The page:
It's hard out here for a reporter, believe you me. The democratization of media has been accompanied by political campaigns and press offices that are more defensive than a bartender at a Bill Cosby party. The result has been a move toward ever-increasing message control, and in particular, an over-reliance on "background" briefings and attributions. To hear reporters tell it this week, though, you would think that former Secretary of State Hillary Clinton's presidential campaign invented completely unnecessary anonymity for barely-useful boilerplate.
First, there was CNBC's John Harwood with his cranky reporting on a Clinton campaign briefing last week that came with the added stipulation that none of the anonymous campaign officials be quoted directly, and with the added bonus of campaign officials who had little to say that was worth quoting. Ordinarily, a "background briefing" means you can quote the briefers directly, but must use the agreed-upon attribution. The briefing Harwood described doesn't seem like it was worth attending except to complain about it. which makes you wonder why anyone would go to it. Stick a pin in that for now.
Harwood was joined in criticism of the Hillary Clinton campaign's background briefings by other media outlets, including The New York Times and the Nashua Telegraph, who each took shots at the canned nature of the sessions. These are all legitimate criticisms that are also quite common to political reporting.
It's not common to all political reporting, but there is a good reason why someone like Rick Santorum won't be holding background briefings with no-quote rules, and Hillary Clinton's campaign is: no reporters would show up to a Santorum table-scraps briefing, but they'll literally flock to anything Hillary-related. As WaPo's Erik Wemple ably summed it up, "Media organizations are at the wrong end of a power dynamic vis-a-vis the Clinton campaign: They number in the hundreds — thousands, perhaps — and they’re all vying for whatever meal scraps they can scrounge up."
The alternative is to boycott background briefings, or as Ron Fournier suggests, tell these press shops you'll ignore ground rules unless you agree to them case-by-case, which means you won't be invited to any of them.
Or you can do what The New York Times' Adam Nagourney did this week, and just burn them. Nagourney got a background email from Hillary Clinton campaign spokesman Jesse Ferguson, and decided to tweet about it, explaining to Erik Wemple that the email contained "anodyne stuff" that didn't really need anonymous attribution, which Wemple illustrated this way:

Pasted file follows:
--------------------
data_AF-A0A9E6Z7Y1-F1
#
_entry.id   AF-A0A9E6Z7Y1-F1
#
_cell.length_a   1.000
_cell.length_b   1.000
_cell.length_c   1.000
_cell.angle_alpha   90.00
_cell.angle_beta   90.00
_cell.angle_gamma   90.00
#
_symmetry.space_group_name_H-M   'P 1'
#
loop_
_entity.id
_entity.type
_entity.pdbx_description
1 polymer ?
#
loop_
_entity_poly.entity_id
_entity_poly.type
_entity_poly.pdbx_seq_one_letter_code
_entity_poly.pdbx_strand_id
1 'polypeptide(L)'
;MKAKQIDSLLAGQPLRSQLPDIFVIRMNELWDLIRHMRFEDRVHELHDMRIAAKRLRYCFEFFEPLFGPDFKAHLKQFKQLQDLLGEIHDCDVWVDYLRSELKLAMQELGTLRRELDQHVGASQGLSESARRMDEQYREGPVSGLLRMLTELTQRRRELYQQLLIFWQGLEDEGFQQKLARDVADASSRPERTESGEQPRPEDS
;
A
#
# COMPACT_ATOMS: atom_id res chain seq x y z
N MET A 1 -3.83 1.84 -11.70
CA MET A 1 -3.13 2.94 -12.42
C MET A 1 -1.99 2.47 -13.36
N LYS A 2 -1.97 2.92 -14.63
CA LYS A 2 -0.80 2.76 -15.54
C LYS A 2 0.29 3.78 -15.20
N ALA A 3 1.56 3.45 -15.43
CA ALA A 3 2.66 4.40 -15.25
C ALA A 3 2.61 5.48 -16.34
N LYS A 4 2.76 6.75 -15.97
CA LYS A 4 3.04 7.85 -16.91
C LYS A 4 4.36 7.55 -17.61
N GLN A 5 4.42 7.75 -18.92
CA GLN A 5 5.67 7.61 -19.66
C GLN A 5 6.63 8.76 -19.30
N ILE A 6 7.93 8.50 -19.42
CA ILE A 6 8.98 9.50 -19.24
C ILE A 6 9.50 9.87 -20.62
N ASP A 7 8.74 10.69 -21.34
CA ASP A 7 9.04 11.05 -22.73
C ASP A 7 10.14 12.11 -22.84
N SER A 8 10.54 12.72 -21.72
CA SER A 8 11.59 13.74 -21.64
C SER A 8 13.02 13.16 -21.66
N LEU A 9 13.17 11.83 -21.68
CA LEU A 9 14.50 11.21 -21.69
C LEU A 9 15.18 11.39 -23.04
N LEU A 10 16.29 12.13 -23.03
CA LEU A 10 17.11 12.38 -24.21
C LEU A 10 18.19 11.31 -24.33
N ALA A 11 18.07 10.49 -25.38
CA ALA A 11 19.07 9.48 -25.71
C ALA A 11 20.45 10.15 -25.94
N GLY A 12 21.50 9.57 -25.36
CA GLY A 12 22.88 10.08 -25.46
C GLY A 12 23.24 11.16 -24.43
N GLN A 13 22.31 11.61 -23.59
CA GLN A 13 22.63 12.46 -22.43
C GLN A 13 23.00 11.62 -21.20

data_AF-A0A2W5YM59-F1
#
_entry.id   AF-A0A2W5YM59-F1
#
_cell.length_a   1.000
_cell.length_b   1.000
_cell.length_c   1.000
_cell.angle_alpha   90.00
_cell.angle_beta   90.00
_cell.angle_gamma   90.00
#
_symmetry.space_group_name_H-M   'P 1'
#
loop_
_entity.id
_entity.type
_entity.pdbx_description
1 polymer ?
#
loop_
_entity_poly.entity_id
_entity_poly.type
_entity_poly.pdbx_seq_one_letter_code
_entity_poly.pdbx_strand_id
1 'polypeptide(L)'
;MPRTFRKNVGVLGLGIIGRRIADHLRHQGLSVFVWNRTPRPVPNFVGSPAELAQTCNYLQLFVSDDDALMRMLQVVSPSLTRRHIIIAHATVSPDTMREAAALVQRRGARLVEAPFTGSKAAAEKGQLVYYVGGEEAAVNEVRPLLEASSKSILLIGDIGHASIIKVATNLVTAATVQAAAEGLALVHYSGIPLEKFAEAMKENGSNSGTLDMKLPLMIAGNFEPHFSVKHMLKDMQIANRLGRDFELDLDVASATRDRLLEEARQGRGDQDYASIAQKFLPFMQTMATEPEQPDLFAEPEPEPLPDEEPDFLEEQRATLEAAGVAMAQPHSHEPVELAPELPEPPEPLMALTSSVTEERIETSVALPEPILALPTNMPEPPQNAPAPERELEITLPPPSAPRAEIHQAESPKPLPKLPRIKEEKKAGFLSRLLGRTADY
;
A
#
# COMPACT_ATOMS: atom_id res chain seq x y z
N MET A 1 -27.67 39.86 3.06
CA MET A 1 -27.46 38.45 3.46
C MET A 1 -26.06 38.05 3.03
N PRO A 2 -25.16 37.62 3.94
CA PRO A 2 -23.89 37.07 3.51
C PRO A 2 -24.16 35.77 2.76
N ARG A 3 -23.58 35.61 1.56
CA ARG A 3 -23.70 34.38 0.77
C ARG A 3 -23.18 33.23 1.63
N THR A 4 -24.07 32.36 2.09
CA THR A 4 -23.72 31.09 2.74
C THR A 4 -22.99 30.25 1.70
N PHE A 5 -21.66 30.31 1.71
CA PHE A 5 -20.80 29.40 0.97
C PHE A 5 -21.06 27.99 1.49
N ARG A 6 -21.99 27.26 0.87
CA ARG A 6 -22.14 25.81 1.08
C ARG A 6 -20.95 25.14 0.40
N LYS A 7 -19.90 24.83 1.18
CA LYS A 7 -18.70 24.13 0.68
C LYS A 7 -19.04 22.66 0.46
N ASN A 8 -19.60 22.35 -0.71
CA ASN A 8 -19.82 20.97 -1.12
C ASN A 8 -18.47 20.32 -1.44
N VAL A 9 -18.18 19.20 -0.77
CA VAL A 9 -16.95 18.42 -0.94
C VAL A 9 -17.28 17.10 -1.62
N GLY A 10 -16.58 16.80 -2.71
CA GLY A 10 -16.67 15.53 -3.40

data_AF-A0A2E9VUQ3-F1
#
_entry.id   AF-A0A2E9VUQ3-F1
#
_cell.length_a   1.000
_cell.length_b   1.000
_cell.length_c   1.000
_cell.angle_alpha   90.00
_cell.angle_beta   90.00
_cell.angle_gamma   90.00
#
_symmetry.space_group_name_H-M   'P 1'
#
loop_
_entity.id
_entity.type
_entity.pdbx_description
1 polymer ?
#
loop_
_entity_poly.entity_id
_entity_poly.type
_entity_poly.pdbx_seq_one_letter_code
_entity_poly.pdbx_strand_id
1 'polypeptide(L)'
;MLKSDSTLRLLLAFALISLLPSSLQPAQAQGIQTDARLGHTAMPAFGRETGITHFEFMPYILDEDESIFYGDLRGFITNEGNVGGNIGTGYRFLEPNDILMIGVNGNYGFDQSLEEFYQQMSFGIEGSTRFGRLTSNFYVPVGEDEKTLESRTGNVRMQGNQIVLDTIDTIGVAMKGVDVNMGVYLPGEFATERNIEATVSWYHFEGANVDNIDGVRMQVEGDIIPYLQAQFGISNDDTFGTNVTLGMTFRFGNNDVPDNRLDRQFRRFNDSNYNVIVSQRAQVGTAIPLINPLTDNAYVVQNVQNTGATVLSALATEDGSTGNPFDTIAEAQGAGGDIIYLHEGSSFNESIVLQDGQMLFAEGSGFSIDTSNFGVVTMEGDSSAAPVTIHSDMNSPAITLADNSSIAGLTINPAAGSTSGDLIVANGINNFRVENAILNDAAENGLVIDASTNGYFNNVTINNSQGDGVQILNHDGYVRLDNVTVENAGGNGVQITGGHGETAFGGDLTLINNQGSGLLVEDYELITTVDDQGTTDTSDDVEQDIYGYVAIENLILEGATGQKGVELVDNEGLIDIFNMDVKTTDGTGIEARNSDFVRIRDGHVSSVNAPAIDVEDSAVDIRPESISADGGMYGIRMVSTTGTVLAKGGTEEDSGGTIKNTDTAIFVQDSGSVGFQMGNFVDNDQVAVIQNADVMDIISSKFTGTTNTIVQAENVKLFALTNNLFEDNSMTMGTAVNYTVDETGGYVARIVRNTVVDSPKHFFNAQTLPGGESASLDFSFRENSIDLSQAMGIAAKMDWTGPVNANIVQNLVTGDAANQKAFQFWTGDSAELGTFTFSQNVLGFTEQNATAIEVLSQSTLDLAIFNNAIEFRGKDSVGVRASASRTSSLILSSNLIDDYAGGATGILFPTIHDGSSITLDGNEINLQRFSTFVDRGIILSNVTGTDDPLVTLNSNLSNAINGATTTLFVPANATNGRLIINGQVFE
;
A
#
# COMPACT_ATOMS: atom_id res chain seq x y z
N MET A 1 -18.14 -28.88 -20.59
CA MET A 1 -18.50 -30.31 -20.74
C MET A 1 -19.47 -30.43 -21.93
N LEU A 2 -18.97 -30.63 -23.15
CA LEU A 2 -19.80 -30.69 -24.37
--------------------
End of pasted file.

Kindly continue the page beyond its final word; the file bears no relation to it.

Those contents were pedestrian and, in some cases, Wikipedia-style pedestrian. For example:
Hillary Clinton grew up in Illinois, and her career spent working on behalf of children and families has taken her from Massachusetts to Washington, D.C., Arkansas to New York. But it was the voters of New York who elected her to serve as their first female senator.
Now let’s attribute that snippet in accordance with the rules of the e-mail:
Hillary Clinton grew up in Illinois, said a Clinton campaign official in an e-mail sent to reporters, and her career spent working on behalf of children and families has taken her from Massachusetts to Washington, D.C., Arkansas to New York. But it was the voters of New York who elected her to serve as their first female senator, noted the campaign official.
That does sound kind of ridiculous, but if you look at the entire email, it's pretty clear that the background attribution applied mainly to the details of Hillary's launch speech, and the rest of the background literally was background. In fact, attributing it to Jesse Ferguson would arguably have weakened its news value and been less accurate, since this memo was clearly the work of the entire Clinton press shop, and not just its Deputy National Press Secretary.
I'm the first one to say that background and off-the-record are overused and abused, but what gets me here is the wide-eyed innocence routine. Nagourney acts like he's never been on a press email blast before, or that it is generally understood that when you attend one of these briefings, or ask to be on an email list, you are agreeing to the ground rules unless they are subsequently modified.
I'd buy that if Nagourney, or any of the people complaining about that June 1 email from Jesse Ferguson, had bothered to complain about the portion of that email that was deemed "off the record." Nobody agreed in advance to keep that part of the email off the record, but even Nagourney adhered to it because it dealt with media logistics, and everyone understands that those sorts of details are off the record as a matter of course.
The same sort of understanding applies to a background email, until it's convenient to ignore it.
The fact is that political press operations will dish out whatever the market will bear, and even when you've got a well-organized group like the White House Correspondents' Association trying to leverage a little bit more, it's tough to squeeze anything out of a giant stone. In a high demand free-for-all like the Clinton campaign coverage, reporters should feel lucky they're not forced to compete in dance-offs to get into a briefing. Ron Fournier's right that the only way background briefings will stop is if reporters stop going to them, which will happen when Hell freezes over. But I bet you could get some dynamite on-the-record stuff over at Pataki headquarters.